The Eucharist: the New Manna from Heaven

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This Sunday, we will be celebrating the beautiful Eucharistic feast of the Most Holy Body and Blood of Christ (Corpus Christi). On this day, the Church gives thanks to God for its greatest treasure: the amazing gift He gave us on the night before He died, the gift of His Body and Blood in the Holy Eucharist.

In the first reading from the Book of Deuteronomy this Sunday, we hear about the hungry people in the desert during the Exodus being fed by God with manna. In the Gospel from Saint John, we hear part of the great discourse of Jesus on the Bread of Life in which He refers to the gift of manna and reveals that the bread He will give, also bread from heaven, is even greater since it is His “flesh for the life of the world.” Jesus says: “Unlike your ancestors who ate and still died, whoever eats this bread will live forever.”

The great Bishop and Doctor of the Church, Saint Ambrose, wrote the following: “What is greater, manna from heaven or the body of Christ? The body of Christ, of course, for He is the Creator of heaven. In addition, he who ate the manna died but he who has eaten this body, it will become for him the forgiveness of sins and he ‘shall not die forever’.”

The manna from heaven given by God to His people in the desert during the Exodus is clearly an anticipation or foreshadowing of the Eucharist. The Eucharist is “the new manna.” In fact, the Jewish people expected that there would be a new miracle of manna when the Messiah came. As God fed the people with bread from heaven on their journey in the desert to the promised land, so God feeds us with bread from heaven on our journey through the desert of this life to the promised land of heaven. The bread is different, however, since the bread of the Eucharist is the Bread of Life; it is Jesus, His flesh that gives life through the Holy Spirit.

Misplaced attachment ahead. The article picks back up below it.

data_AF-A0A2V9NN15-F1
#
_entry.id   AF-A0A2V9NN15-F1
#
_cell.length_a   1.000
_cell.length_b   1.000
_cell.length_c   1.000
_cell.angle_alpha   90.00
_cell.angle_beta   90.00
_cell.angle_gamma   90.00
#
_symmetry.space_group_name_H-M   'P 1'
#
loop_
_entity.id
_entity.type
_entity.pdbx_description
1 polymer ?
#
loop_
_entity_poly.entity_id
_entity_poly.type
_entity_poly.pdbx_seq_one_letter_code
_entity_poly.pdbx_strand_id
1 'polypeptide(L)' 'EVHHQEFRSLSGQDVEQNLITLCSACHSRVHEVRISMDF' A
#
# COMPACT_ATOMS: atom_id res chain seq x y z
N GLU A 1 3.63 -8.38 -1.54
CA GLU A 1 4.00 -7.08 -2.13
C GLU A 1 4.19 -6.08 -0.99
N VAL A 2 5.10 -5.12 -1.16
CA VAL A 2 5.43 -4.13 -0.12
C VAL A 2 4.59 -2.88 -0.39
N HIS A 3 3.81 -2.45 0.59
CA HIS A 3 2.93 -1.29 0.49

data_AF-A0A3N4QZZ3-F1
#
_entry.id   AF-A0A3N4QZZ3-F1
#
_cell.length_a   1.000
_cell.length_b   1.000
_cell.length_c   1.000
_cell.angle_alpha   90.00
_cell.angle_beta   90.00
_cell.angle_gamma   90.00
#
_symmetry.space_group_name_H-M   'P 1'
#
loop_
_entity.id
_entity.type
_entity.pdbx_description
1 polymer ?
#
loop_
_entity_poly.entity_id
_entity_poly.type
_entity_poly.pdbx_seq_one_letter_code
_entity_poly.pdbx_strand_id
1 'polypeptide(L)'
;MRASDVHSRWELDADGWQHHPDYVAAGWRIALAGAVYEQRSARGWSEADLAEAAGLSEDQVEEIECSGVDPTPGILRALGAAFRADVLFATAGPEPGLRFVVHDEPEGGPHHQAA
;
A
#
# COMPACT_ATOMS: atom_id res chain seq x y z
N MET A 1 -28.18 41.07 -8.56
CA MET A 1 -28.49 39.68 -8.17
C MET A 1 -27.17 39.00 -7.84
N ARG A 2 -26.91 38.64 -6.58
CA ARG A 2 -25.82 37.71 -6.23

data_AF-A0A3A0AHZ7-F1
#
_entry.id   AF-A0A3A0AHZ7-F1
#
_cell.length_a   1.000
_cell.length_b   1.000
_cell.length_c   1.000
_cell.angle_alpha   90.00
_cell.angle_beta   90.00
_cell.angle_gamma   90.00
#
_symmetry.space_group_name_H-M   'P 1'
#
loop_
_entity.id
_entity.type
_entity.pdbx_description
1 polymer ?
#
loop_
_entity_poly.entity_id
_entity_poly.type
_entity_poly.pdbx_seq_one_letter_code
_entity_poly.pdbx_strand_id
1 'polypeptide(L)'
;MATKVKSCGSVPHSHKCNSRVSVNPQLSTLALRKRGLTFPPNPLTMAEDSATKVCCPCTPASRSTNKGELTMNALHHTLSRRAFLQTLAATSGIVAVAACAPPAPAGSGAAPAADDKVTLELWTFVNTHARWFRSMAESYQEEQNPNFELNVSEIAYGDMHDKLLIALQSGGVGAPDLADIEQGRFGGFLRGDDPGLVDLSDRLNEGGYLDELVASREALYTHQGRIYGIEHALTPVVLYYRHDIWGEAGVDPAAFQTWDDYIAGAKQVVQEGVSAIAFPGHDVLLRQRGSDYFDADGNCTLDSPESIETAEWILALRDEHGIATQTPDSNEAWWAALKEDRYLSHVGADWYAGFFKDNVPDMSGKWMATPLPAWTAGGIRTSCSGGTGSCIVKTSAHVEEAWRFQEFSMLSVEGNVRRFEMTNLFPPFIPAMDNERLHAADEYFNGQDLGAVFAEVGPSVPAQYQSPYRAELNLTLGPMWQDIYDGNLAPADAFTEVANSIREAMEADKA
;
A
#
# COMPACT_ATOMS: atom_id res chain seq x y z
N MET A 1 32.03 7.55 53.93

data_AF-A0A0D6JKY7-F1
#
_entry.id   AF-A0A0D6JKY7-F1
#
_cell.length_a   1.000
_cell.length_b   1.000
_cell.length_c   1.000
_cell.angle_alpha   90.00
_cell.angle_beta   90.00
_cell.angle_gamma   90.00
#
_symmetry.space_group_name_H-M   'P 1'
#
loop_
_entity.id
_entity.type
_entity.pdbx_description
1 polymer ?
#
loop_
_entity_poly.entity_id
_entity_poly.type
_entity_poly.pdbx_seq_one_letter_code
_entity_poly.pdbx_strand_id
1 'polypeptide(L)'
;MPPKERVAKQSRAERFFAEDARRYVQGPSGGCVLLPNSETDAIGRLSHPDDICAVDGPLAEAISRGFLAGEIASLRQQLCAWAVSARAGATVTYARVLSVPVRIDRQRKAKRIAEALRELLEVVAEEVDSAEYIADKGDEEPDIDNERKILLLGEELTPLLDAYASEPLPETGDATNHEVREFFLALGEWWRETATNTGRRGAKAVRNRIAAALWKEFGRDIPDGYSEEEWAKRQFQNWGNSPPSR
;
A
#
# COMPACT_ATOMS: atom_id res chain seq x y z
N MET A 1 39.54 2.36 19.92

The “new manna” of the Eucharist is the food for our journey to heaven. That is why the Eucharist is called “Viaticum,” a Latin word that means “with you on the way.” The Eucharist is spiritual food. As the manna provided bodily nourishment for the Israelites in the desert, the “new manna” provides spiritual nourishment for us, satisfying our hungry hearts. As we sing so often in a popular hymn: “You satisfy the hungry heart with gift of finest wheat, come give to us, O saving Lord, the bread of life to eat.”

We are reminded of the gift of manna in the Second Eucharistic Prayer, especially with the more accurate English translation which now reads: “Make holy, therefore, these gifts, we pray, by sending down your Spirit upon them like the dewfall, so that they may become for us the Body and Blood of our Lord Jesus Christ.” During the Exodus, dew fell upon the camp of the chosen people in the desert and, when it evaporated, the heavenly manna was there on the ground. The dewfall yielded food from heaven for the Israelites on their pilgrimage. For us, in the Eucharist, the dewfall of the Holy Spirit yields the Body and Blood of Christ for our pilgrimage to heaven.

Another parallel between the manna and the Eucharist is that the Israelites conserved the manna in the Ark of the Covenant, which was kept in the Holy of Holies where God’s presence was adored. Though the manna was not God, it came from God. This foreshadows the tabernacle in our churches where Christ is adored in the Eucharist, His Real Presence. The hosts are kept in a golden ciborium, reminiscent of the gold jar in which the manna was kept in the Ark of the Covenant.

In Psalm 78:25, the manna is described as the “bread of angels.” It was not eaten by angels, but it was angelic in its supernatural origin. The Eucharist is truly the “bread of angels” because of its effect in our souls. As the angels have a participation in the divine life through grace and glory and thus can be said to partake of this bread, so we are nourished in sanctifying grace through Holy Communion, a participation in divine life. And so we receive the “bread of angels” in the Eucharist, the n